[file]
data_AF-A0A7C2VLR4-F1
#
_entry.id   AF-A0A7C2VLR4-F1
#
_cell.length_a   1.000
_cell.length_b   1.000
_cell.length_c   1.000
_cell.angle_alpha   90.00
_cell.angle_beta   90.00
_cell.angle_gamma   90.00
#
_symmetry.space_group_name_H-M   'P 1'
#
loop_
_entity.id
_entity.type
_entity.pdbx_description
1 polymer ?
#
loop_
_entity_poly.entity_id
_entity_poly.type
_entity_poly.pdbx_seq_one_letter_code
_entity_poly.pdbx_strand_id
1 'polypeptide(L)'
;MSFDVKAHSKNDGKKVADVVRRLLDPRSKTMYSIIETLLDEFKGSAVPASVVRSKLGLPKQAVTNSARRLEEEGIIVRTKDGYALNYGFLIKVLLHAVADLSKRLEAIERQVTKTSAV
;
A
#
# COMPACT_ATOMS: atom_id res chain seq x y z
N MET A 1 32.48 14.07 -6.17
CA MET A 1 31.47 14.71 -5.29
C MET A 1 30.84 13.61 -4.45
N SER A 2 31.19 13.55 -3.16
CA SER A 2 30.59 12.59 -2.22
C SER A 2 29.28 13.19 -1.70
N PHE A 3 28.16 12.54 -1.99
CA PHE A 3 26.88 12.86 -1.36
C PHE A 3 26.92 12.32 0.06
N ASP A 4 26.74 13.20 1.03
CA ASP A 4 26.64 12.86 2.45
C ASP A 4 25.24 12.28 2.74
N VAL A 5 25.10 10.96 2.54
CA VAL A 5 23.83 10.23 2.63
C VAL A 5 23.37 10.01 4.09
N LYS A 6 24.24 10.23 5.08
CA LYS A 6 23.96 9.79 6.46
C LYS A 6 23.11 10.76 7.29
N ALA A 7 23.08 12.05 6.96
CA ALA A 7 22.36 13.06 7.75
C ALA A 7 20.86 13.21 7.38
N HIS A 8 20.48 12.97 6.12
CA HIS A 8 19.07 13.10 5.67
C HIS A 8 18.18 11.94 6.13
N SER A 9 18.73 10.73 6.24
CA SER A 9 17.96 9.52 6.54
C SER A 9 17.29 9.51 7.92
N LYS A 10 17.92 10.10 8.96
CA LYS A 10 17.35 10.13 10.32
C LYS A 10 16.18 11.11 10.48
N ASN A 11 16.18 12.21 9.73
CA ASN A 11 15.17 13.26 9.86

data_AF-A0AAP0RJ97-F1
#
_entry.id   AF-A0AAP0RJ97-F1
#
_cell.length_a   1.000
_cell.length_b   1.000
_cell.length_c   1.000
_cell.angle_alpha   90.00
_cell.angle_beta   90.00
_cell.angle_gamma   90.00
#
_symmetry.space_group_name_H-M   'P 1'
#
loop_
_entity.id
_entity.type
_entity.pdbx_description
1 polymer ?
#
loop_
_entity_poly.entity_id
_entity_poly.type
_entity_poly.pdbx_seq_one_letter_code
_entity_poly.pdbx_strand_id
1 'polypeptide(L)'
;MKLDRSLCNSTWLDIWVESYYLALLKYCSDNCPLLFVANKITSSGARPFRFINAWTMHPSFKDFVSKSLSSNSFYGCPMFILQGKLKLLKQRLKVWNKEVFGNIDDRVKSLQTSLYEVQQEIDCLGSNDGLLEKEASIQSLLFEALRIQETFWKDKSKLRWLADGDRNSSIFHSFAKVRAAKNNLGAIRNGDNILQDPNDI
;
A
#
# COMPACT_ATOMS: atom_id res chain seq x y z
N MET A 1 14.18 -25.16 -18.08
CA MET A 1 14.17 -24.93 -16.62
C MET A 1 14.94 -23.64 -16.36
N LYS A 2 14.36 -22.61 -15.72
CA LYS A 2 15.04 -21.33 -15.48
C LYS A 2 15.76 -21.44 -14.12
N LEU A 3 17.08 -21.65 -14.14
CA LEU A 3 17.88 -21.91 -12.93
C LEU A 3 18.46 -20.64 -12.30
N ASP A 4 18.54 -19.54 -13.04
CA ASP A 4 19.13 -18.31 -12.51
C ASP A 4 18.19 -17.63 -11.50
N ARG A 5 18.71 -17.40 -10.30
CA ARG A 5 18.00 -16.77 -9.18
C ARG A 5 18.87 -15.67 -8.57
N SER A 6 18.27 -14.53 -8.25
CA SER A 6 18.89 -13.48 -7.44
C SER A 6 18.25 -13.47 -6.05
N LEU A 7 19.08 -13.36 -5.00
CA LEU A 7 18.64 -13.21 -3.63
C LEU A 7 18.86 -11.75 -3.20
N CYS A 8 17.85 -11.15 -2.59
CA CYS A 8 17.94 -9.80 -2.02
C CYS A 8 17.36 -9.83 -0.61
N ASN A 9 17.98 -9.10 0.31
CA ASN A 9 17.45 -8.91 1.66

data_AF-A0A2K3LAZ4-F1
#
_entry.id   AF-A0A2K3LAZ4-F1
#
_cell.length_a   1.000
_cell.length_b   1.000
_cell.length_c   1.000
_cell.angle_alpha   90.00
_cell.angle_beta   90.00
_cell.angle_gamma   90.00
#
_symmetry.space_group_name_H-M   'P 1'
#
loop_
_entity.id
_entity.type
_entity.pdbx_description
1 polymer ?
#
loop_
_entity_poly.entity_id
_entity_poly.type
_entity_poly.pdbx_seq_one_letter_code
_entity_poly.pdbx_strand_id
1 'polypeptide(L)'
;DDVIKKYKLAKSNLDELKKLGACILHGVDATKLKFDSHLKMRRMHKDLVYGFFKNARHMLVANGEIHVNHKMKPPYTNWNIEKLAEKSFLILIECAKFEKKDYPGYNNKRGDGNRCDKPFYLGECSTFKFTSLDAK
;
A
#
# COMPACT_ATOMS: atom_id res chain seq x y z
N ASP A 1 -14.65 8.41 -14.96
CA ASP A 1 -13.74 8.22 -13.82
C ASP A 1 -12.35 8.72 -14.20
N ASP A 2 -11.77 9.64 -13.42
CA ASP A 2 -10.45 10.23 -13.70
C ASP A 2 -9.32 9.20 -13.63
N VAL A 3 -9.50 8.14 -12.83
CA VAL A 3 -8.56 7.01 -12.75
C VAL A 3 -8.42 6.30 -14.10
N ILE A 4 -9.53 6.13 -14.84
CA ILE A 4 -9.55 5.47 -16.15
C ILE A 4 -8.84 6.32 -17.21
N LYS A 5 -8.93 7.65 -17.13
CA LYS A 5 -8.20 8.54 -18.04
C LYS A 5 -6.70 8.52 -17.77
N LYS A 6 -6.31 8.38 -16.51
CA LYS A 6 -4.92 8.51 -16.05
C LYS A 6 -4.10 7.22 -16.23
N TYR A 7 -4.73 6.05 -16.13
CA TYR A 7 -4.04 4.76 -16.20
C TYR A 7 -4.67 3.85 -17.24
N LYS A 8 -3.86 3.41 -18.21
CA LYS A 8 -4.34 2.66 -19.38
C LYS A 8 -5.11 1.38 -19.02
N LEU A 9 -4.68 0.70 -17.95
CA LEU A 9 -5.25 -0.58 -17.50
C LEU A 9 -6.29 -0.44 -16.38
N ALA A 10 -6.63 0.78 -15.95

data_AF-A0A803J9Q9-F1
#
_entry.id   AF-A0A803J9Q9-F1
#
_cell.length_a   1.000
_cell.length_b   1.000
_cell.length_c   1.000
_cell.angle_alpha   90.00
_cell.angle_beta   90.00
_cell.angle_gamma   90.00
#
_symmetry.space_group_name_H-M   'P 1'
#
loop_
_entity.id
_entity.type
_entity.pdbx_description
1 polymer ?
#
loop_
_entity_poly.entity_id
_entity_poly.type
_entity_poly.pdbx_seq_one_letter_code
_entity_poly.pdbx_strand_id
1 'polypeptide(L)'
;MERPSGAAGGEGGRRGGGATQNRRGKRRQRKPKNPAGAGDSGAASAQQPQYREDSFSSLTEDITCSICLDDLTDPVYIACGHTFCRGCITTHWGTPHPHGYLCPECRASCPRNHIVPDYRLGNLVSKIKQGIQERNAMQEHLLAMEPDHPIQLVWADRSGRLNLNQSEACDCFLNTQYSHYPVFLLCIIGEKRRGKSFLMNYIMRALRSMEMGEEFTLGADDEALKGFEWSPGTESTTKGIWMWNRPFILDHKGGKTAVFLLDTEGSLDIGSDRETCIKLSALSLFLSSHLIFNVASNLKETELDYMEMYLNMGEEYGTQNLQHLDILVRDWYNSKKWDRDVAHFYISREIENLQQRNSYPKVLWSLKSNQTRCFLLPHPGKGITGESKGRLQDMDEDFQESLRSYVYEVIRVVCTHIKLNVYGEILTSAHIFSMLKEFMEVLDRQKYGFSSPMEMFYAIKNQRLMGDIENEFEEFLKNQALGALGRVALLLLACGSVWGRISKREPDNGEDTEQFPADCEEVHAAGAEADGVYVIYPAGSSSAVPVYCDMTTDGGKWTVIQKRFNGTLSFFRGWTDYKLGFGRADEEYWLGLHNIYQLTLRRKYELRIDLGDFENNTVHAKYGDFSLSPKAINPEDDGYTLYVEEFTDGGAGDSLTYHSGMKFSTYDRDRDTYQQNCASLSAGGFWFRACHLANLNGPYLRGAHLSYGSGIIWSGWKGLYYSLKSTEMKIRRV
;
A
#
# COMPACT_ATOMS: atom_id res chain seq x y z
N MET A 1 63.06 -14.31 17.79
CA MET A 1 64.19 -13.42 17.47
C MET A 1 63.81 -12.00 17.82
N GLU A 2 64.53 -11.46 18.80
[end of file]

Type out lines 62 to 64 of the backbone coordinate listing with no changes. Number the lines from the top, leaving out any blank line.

CA ASN A 11 15.17 13.26 9.86

data_AF-A0AAP0RJ97-F1
#